Title: The hold up
By Author: John M. Floyd
ZERO STARS. ZERO. ZIP. NADA.
Tag line: The thief should have known better than to try to outwit Angela Potts and Sheriff Jones!
Police characters: Sheriff Charles Jones.
The gist: Sheriff Jones arrives at the pawn shop five minutes after the call was dispatched as a robbery. Just as Jones had begun to interview the clerk, in walks Angela Potts. She said she saw him in his patrol car, light bar flashing, and she followed him. Then she added that she needed a new toaster anyway. The clerk pointed Mrs. Potts to the appliance section. Jones said, “She isn’t here shopping for a toaster, she’s here to interfere with police business.” Then Jones asks the clerk what the sign meant (Pawn-E Express) but she didn’t know. The owner was not there but the clerk had just called him.
Jones took a statement from the clerk. She said a tall, bearded robber came in 15 minutes earlier, waved a big hunting knife under her nose, and demanded all the cash in the safe. He had on a wool cap, sunglasses, and work gloves, which he never took off. He stuffed the cash into a grocery sack, then asked her for her wallet. He had no accent. He didn’t take her money, he just looked at her driver’s license.
Mrs. Potts asked how he could read her driver’s license with sunglasses on. The clerk said he took it out of its little plastic sleeve, held it up to the light, then returned it and threw the wallet at her. “Now I know who you are,” he said, “You better keep your mouth shut or I’ll be back.”
Sheriff Jones snorted, “I wouldn’t worry about that. He’d know there’s not much you could tell us anyway.”
The clerk said the robber tucked the sack of bills under his arm and ran off down the street. She didn’t see a car.
Sheriff Jones said, “Do you mind if I take a look around?” Mrs. Potts asked the clerk if the vehicle parked outside, a Ford Bronco, was hers. She answered yes. Mrs. Potts then asked her to take her keys out of her purse and unlock the car because the sheriff wanted to take a look in there. Sheriff Potts said, “I do?” Mrs. Potts said she suspected the cash was in the Bronco.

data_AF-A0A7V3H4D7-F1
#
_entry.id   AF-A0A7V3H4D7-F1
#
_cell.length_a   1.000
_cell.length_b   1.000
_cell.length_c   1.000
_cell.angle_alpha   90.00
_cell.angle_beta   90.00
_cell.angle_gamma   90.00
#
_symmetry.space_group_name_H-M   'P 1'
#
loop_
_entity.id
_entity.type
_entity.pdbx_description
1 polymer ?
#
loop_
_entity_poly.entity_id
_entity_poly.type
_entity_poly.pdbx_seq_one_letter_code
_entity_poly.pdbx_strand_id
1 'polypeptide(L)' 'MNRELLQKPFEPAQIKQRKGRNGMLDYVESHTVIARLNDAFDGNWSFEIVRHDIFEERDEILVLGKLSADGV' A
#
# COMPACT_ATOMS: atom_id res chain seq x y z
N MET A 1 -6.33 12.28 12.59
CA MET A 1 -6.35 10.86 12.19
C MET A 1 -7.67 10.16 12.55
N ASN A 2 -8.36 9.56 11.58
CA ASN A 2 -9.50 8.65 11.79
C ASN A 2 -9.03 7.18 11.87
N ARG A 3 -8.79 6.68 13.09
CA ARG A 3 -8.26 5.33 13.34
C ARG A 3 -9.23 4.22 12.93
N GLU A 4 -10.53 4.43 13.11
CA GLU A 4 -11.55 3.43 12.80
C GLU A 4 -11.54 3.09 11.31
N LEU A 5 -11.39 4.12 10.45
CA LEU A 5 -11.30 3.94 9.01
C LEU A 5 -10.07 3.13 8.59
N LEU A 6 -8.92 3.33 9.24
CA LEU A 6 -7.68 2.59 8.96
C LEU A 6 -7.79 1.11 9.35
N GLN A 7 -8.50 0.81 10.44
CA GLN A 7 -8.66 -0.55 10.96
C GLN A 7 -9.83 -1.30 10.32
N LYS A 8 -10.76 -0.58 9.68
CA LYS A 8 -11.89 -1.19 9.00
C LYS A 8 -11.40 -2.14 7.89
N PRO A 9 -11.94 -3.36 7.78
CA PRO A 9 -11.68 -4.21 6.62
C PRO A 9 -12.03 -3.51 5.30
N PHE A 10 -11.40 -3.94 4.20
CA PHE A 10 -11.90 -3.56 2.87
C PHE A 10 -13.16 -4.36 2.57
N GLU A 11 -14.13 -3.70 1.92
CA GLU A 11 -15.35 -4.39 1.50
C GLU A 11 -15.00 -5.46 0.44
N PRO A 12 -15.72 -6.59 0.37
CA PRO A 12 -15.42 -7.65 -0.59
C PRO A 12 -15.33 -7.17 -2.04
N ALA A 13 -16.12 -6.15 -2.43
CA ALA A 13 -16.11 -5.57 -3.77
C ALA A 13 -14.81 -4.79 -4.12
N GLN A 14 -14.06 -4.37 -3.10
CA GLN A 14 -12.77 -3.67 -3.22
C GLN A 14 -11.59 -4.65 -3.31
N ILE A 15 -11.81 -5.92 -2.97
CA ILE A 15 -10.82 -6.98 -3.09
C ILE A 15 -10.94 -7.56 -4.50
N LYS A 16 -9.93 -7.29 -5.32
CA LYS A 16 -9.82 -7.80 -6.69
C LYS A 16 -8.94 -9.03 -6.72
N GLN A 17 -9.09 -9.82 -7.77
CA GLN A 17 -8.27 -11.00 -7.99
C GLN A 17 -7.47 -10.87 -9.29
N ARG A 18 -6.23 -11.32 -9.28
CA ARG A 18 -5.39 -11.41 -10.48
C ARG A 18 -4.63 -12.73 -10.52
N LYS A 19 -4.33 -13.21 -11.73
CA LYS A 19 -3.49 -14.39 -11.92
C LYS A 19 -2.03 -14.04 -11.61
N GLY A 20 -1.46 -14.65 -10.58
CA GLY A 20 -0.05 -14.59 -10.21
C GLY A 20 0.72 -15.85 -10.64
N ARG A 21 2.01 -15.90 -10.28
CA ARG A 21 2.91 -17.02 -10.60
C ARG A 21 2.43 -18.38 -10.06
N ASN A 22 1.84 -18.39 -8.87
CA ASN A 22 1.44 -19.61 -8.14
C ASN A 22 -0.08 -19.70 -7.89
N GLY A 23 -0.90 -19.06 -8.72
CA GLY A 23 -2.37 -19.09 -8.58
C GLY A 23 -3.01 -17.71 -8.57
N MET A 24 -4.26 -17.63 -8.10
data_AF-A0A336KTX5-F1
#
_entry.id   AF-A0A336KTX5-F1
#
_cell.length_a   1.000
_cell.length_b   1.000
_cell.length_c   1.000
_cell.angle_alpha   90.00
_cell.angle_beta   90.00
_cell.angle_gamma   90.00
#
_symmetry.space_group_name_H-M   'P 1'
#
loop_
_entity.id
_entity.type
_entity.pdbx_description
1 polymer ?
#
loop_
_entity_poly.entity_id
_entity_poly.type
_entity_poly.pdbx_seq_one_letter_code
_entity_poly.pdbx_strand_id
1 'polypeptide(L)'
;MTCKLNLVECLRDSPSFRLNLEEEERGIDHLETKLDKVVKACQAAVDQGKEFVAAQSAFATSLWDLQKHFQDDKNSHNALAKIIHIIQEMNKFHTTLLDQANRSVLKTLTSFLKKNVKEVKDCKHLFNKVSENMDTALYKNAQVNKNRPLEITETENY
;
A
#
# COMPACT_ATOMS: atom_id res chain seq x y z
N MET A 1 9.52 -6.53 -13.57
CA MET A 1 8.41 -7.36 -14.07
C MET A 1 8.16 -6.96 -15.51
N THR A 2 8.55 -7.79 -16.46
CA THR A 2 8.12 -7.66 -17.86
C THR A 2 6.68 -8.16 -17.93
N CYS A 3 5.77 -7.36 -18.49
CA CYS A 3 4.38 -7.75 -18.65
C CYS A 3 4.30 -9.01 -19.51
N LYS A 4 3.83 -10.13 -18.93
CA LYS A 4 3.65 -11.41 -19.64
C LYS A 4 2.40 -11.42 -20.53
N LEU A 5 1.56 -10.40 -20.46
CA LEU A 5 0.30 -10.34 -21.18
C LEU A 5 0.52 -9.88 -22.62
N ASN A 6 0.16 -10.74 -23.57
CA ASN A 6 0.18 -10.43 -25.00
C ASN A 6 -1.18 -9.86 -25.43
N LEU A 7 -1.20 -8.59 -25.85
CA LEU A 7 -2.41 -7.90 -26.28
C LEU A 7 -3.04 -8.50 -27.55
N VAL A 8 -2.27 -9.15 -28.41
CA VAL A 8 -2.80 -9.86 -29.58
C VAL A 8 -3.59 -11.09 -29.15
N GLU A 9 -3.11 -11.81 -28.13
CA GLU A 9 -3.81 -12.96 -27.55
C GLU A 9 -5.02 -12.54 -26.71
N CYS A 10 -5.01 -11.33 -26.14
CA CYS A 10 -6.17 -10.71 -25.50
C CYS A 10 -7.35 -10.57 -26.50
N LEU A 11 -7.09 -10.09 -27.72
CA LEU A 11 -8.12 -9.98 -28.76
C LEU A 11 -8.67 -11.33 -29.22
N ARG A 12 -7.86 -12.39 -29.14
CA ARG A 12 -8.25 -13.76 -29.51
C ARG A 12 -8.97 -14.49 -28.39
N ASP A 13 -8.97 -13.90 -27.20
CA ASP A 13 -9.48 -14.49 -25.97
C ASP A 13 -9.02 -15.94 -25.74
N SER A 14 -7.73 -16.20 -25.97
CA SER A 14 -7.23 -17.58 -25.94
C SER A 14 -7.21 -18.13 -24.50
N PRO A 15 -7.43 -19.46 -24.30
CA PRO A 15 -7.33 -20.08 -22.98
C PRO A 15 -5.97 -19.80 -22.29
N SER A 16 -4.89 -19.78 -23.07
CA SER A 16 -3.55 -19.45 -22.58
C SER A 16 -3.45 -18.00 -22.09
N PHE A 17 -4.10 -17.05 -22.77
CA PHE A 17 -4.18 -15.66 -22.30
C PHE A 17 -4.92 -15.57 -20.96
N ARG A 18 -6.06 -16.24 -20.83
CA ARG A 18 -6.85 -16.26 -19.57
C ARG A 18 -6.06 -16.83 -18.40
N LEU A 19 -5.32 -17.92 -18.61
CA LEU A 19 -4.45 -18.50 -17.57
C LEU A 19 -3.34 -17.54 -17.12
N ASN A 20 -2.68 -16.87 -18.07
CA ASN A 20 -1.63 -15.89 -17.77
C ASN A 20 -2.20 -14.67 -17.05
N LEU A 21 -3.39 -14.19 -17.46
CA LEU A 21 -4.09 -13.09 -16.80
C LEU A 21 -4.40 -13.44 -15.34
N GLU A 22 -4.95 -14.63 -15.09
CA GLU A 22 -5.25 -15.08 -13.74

Crime scene: Pawn Shop.
Clues: The robber wore work gloves.
Suspects: The store clerk or some robber guy.
Red herrings: None. But if there were any, I bet they would be awful.
Solution: If the robber wore gloves he wouldn’t have been able to manipulate the license out of the little plastic holder.
My two cents: Right away, right at the tag line, I noticed WW is billing Potts before the sheriff. “The thief should’ve known better than to try to outwit Angela Potts. And, oh by the way, the town sheriff.”
There are soooo many things that don’t make sense in this silly little story.
Pawn shops take toasters? You can buy a new one at Walmart for $8.99. Anyway I thought it odd that Jones said Potts was there to interfere with police business when half the time he takes her to the crime scenes in his cruiser, and the other half he calls her to meet him there.
Pawn-E Express sounds like Pony Express to me. But what do I know. And what that has to do with the robbery is not clear to me. Or anyone else for that matter.
Sheriff Jones snorting at a victim seems a wee bit unprofessional. Ya’ think?
Sheriff Jones said, “Do you mind if I take a look around?” Earth to Sheriff. It’s a crime scene. You’re SUPPOSED to look around.
When Potts told the clerk that the sheriff wanted to look in her car, Sheriff Jones said, “I do?” At this point my eyes begin to hurt from so much rolling around.
The police can’t look in your car without your permission or a search warrant but of course Mrs. Potts was probably bluffing to see how the clerk would react. Because she’s brilliant and the sheriff is a dummy.
So no security camera in the store I suppose, and the clerk knows the combo to the safe. Yep, that’s happening. More eye rolling.
I don’t know about the rest of the world, but I can see fine when I’m wearing sunglasses. That’s why they let me drive a car when the sun is shining.
“Now I know who you are,” he said, “You better keep your mouth shut or I’ll be back.” Duh. I know that the clerk made that up but doesn’t the author realize if he wanted to find her he would just come back to the pawn shop where she worked and he wouldn’t need her home address? Wait, I think my left eye is stuck up there. No, it’s okay, it came down.
So let me get this straight. The story goes the robber took the license out of the plastic case, looked at it, and then put it back into the plastic case all nice and neat? What a polite thug. Don’t see many of those. And he didn’t take her money? The author needs this handling of the license in the story to make his clue work but they way he tried to achieve that was so poorly executed that everyone in the universe had to suspend their disbelief. Now one eye is twitching.
The pacing was poor, the writing was unimaginative. Believable characters? Naw. This week they weren’t even acting like their usual selves. Well, okay, I take that back. Sheriff Jones was clueless as usual. The clue (that the robber handled something he couldn’t possibly have with those gloves on) wasn’t bad but it got sucked up in a vortex of stupid. The police work was off. There was no motive. None.
This story is no bueno. Now, excuse me while I go get some ice for my eye. (I’ll get you for this, John.)